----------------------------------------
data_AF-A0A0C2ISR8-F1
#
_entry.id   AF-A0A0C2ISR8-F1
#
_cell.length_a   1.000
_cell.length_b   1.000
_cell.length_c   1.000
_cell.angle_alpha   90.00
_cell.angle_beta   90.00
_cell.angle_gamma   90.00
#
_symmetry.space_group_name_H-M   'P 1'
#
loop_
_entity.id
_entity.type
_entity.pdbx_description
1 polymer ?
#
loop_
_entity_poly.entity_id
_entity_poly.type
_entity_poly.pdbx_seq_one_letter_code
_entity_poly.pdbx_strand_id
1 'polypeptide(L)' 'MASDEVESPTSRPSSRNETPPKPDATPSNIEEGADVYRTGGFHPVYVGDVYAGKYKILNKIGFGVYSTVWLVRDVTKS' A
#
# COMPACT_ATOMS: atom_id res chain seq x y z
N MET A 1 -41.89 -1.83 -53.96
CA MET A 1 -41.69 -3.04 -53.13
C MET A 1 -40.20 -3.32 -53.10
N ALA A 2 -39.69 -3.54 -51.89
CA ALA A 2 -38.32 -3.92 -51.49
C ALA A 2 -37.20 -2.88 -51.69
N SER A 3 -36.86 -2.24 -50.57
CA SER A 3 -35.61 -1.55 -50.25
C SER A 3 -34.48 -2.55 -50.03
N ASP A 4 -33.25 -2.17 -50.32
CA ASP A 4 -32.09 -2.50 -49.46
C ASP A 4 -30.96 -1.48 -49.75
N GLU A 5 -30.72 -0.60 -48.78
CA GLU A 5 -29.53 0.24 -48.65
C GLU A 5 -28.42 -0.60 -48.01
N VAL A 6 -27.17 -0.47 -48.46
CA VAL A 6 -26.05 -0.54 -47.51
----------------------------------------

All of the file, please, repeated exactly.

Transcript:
data_AF-A0A0C2ISR8-F1
#
_entry.id   AF-A0A0C2ISR8-F1
#
_cell.length_a   1.000
_cell.length_b   1.000
_cell.length_c   1.000
_cell.angle_alpha   90.00
_cell.angle_beta   90.00
_cell.angle_gamma   90.00
#
_symmetry.space_group_name_H-M   'P 1'
#
loop_
_entity.id
_entity.type
_entity.pdbx_description
1 polymer ?
#
loop_
_entity_poly.entity_id
_entity_poly.type
_entity_poly.pdbx_seq_one_letter_code
_entity_poly.pdbx_strand_id
1 'polypeptide(L)' 'MASDEVESPTSRPSSRNETPPKPDATPSNIEEGADVYRTGGFHPVYVGDVYAGKYKILNKIGFGVYSTVWLVRDVTKS' A
#
# COMPACT_ATOMS: atom_id res chain seq x y z
N MET A 1 -41.89 -1.83 -53.96
CA MET A 1 -41.69 -3.04 -53.13
C MET A 1 -40.20 -3.32 -53.10
N ALA A 2 -39.69 -3.54 -51.89
CA ALA A 2 -38.32 -3.92 -51.49
C ALA A 2 -37.20 -2.88 -51.69
N SER A 3 -36.86 -2.24 -50.57
CA SER A 3 -35.61 -1.55 -50.25
C SER A 3 -34.48 -2.55 -50.03
N ASP A 4 -33.25 -2.17 -50.32
CA ASP A 4 -32.09 -2.50 -49.46
C ASP A 4 -30.96 -1.48 -49.75
N GLU A 5 -30.72 -0.60 -48.78
CA GLU A 5 -29.53 0.24 -48.65
C GLU A 5 -28.42 -0.60 -48.01
N VAL A 6 -27.17 -0.47 -48.46
CA VAL A 6 -26.05 -0.54 -47.51